Mayor Tom Leppert's in D.C. this morning at the invite of Barney Frank, whose House Financial Services Committee is set to discuss why it's become so danged difficult and cost-prohibitive for cities to issue bonds -- and how Washington can fix it, despite the Fed's "important misgivings" about guaranteeing municipal bonds. The hearing, which kicks off at 8:30 C.S.T. and deals with four pieces of legislation aimed at making it easier for cities to take a swim in capital markets, will be broadcast in its entirety on the committee's Web site; Sam's already got his popcorn ready. But late last night, the committee made Leppert's testimony available -- all 14 pages of it, not one of which says "convention center hotel" anywhere. This brief excerpt by way of introduction:
At a time when communities are confronting decreased revenue and growing unemployment, local governments have increasingly been unable to access the capital markets due to prohibitive borrowing costs. Local government actions are not to blame for this credit crunch, which has arisen solely as a result of the global financial crisis.
This has a significant impact on our economy at a time we need to create jobs and economic activity, this lack of liquidity is holding back key projects that could have an enormous impact on our local and national economy. Indeed, opening up the municipal bond market could be a major stimulus to the economy. This would have the additional advantage of creating a significant economic stimulus without a Federal outlay of funds. By increasing the support of the municipal bond markets, we will see many projects move forward, creating thousands of jobs.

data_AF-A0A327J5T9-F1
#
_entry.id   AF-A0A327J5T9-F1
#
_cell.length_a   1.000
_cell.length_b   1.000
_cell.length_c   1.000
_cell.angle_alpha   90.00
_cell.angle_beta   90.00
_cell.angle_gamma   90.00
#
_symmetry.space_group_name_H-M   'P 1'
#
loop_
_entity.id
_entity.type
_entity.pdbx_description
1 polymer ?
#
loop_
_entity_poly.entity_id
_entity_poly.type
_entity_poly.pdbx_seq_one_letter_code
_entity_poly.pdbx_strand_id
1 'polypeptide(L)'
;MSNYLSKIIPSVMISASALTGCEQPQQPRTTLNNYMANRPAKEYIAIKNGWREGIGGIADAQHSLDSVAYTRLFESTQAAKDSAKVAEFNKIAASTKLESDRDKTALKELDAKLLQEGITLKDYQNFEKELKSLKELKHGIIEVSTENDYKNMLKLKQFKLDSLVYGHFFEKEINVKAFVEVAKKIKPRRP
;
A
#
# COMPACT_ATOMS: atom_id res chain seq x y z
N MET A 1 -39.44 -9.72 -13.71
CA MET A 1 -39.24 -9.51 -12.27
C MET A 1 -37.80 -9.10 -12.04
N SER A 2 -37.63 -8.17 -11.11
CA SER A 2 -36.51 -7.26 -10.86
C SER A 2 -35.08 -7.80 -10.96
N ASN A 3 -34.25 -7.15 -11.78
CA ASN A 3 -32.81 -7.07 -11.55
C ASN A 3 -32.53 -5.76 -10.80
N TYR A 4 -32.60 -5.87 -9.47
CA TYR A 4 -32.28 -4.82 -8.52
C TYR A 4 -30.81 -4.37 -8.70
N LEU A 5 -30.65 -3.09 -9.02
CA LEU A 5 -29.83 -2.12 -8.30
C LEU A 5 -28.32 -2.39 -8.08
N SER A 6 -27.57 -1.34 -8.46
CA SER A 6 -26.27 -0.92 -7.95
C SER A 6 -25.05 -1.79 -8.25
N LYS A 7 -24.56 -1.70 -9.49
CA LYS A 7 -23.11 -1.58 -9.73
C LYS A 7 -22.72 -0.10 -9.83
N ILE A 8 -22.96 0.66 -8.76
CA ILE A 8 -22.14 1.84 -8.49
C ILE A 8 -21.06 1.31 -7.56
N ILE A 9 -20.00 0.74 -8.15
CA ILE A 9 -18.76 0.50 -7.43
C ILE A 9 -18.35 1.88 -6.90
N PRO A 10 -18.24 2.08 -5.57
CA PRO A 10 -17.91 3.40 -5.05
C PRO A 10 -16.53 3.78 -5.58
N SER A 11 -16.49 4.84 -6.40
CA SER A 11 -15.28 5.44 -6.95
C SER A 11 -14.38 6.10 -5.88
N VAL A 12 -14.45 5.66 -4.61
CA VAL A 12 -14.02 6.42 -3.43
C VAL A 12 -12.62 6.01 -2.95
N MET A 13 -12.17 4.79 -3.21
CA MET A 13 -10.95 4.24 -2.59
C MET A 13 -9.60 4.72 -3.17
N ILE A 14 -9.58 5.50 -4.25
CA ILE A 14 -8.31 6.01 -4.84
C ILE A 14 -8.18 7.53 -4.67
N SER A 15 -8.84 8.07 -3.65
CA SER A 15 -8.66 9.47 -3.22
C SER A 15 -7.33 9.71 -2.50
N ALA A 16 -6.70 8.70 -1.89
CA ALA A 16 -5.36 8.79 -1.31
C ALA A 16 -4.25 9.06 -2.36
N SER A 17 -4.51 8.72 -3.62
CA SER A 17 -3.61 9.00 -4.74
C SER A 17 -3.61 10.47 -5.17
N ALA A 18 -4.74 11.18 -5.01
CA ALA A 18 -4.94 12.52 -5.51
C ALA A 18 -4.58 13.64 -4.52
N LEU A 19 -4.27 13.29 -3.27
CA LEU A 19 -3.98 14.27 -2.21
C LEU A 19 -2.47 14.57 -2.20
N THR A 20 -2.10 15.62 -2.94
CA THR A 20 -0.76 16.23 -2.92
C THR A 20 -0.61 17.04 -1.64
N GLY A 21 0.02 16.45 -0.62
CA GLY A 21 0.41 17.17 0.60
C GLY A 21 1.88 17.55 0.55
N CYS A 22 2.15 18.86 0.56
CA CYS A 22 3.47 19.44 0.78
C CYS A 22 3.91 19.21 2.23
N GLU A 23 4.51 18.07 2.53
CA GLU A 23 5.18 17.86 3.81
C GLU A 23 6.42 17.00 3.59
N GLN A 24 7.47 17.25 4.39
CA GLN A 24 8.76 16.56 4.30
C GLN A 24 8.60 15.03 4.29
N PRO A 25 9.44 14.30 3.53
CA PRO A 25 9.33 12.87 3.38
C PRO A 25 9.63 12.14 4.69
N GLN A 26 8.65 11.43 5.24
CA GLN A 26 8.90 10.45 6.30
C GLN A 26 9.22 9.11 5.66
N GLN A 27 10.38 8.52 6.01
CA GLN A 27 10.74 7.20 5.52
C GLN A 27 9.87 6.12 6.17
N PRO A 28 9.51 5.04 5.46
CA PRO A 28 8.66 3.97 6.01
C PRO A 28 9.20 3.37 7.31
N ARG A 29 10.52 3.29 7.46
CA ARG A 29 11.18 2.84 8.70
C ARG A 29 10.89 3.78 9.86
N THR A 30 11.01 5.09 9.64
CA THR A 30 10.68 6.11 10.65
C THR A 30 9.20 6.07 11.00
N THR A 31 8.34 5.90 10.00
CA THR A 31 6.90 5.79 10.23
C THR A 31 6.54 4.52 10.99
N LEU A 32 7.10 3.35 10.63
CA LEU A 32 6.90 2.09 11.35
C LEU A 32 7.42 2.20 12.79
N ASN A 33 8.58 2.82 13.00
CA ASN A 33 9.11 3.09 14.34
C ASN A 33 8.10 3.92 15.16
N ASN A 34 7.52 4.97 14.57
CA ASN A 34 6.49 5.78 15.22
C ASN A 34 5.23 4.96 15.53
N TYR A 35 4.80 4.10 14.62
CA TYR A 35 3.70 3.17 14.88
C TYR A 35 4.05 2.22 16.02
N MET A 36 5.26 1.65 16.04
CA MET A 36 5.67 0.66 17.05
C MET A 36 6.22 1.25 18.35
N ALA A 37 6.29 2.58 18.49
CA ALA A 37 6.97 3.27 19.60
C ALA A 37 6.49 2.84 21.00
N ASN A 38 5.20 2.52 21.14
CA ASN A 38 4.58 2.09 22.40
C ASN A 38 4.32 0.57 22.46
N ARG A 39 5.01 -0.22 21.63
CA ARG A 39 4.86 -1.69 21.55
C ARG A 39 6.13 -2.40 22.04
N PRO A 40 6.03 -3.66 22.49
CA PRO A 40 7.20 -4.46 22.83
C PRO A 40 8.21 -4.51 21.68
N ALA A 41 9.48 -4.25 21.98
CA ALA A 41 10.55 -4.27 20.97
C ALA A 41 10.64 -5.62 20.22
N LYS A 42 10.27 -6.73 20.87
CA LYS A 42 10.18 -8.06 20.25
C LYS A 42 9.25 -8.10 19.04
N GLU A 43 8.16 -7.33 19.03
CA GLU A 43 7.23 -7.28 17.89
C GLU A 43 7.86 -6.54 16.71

In Dallas, we have several major projects we would move forward with if the municipal markets return to a more "normal state." Cities and States across the country are in the same position. We have also put several public works projects on hold until the bond market conditions improve. These include the substantial water and sewer infrastructure construction and improvements to Love Field that are mandated by law. We would like to proceed with these projects in order to put people back to work locally and take advantage of reduced construction costs. These are just a few of the many projects on hold in Dallas and many other cities across our nation waiting on market conditions to improve.
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